½ April 19, 2012
With absolutely breathtaking imagery, wonderful cinematography, likable characters and amazing story, Hugo has its problems including the acting which is not the greatest and running time which should have been shorter, but it is such a powerful and deeply emotional personal story of a legendary filmmaker filled with beautiful silent film references, a mysterious quality and fairy tale charm to it and it is definitely a marvelous homage to a great era in film. It is a beautiful film that is one of the very best of its year.
March 29, 2014
Martin Scorsese is one of the greatest directors of cinema history. He is the pillar that proudly stands next to Steven Spielberg. He has made several iconic masterpieces over the decades. From crime thrillers, gangster films, war films, and now family features. "Hugo" is Scorsese's first family film. It stars Ben Kingsley, Sacha Baron Cohen, Asa Butterfield, ChloŽ Grace Moretz, Ray Winstone, Emily Mortimer, Christopher Lee, and Jude Law.

The film follows the story of a young boy named Hugo Cabret (Butterfield). Hugo is a young clockmaker living in Paris. His father (Jude Law), passed away not to many years before. His ghastly drunken uncle (Winstone), raises him, and teaches him how to work the clocks of the train station. When said uncle goes missing, Hugo is left to manage the clocks on his own. Hugo has been working on a special machine he and his father found in an abandoned theater years ago. It is called an automaton.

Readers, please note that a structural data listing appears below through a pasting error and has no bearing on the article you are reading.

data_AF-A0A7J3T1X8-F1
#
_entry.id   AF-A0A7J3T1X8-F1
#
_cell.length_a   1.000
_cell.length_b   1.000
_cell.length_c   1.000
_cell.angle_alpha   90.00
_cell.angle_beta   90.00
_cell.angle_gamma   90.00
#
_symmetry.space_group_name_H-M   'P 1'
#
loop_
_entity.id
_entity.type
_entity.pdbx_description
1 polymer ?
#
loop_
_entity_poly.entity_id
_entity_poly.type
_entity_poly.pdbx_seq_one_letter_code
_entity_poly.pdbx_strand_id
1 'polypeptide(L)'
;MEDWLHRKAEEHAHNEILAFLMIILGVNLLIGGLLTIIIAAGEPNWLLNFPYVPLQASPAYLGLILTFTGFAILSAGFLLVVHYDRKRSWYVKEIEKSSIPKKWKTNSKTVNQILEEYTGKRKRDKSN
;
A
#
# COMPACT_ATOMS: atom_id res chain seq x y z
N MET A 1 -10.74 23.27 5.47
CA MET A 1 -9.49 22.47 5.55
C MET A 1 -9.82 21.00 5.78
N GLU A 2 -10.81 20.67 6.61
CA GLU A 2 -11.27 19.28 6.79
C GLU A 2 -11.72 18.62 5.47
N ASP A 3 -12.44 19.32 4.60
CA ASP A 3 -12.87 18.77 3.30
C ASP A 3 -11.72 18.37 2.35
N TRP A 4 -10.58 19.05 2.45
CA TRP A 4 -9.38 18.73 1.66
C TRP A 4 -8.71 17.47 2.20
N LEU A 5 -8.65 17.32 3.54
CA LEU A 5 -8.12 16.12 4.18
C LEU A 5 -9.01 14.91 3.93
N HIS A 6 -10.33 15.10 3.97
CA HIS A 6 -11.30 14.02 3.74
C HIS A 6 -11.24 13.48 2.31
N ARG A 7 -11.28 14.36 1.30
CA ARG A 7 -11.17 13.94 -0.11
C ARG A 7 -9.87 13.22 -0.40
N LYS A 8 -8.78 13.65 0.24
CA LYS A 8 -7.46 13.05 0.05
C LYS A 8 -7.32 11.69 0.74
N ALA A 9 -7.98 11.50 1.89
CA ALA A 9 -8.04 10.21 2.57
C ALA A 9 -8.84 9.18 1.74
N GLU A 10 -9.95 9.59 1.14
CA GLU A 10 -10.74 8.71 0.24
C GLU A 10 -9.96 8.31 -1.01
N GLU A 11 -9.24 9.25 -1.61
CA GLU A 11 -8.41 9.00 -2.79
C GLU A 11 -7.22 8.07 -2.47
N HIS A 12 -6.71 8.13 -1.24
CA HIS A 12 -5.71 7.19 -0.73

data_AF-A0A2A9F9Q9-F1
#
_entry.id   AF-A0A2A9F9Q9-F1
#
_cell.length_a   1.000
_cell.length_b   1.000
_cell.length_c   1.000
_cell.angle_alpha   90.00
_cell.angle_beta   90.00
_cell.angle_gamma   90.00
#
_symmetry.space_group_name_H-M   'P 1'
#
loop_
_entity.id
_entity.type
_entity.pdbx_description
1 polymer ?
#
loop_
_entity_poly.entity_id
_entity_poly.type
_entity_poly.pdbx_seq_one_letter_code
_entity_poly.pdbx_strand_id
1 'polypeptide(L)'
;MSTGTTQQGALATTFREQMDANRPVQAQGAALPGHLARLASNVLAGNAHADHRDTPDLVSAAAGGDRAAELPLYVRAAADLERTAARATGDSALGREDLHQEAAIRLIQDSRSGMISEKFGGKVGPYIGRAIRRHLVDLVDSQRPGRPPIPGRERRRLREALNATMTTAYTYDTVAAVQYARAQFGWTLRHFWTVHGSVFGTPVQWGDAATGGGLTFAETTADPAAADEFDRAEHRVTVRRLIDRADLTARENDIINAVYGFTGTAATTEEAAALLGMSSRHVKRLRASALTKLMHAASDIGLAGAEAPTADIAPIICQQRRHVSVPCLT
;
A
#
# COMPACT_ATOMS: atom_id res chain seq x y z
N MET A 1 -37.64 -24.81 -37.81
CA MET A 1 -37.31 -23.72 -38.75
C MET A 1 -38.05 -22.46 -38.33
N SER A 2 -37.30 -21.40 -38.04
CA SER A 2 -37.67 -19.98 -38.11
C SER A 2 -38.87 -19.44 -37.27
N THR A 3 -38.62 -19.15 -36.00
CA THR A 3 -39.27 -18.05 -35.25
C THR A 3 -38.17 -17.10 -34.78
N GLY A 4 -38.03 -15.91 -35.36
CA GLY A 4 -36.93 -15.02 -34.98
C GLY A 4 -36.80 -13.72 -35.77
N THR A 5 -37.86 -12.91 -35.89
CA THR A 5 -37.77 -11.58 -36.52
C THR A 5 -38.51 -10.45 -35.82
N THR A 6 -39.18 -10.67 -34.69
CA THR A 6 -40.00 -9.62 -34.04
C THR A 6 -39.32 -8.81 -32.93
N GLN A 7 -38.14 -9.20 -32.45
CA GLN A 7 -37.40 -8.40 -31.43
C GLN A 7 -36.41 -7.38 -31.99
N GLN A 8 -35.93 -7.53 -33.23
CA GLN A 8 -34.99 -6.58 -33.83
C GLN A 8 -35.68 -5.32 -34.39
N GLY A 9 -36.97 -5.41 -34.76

Young Asa Butterfield does a fantastic job in this film. His performance is believable and sincere. As a character, his story is very sad. Hugo's character arc is very emotional. The cast assembled around him is superb. Ben Kingsley plays a callused and hurting man. His journey and story is very moving, and it contrasts beautifully with Hugo's. Christopher Lee and Jude Law get some lovely cameos, in which they shine immensely. ChloŽ Grace Moretz plays Hugo's friend and companion, Isabelle in his adventure.

The story and script are absolutely beautiful. It's about a young boy trying to mend the hurt of losing his father. The characters and dialogue are so strong and elegantly written. Ultimately, this is Scorsese's tribute to cinema. The film is not only a story about Hugo, but a story about film. Woven through Hugo's adventure is the underlying message about the power of movies. The ability to dream and imagine. The passion and effort put into such films as The Man in the Moon. It was a simple little movie, but it was creatively superb. This film shows what it was like making these old movies. The sets, the costumes, and the magic of it all are all shown. It's an incredible tribute to cinema.Hugo-hugo-movie-28047324-1152-814

Much like these old movies, this film shows the magic of movie making. The visuals here are stupendous. Everything from the CGI, costumes, set pieces, and cinematography are gorgeous. The CGI looks so real. The costumes are well tailored, colorful, and creatively unique. Every set piece looks real, authentic, and made with care. The film won an award for Best Visual Effects. It also won for it's superb sound editing. Robert Richardson does a fantastic job behind the camera, winning himself an Oscar for Best Cinematography. Finally, Howard Shore's score-while very familiar-is very beautiful.

"Hugo" may be slightly held back by it's two hour running time, but nevertheless it's a great film. With a beautiful story that matches it's beautiful visuals, it succeeds on every level of filmmaking. Scorsese directs with mastery, the script is perfect, the costumes are wonderful, and the score is magical. Anyone who loves the art of cinema with greatly appreciate this film. It's perfect for families as well. Your children will be captivated, and adults with shed a tear. It captures the heart of a child and the heart of cinema itself.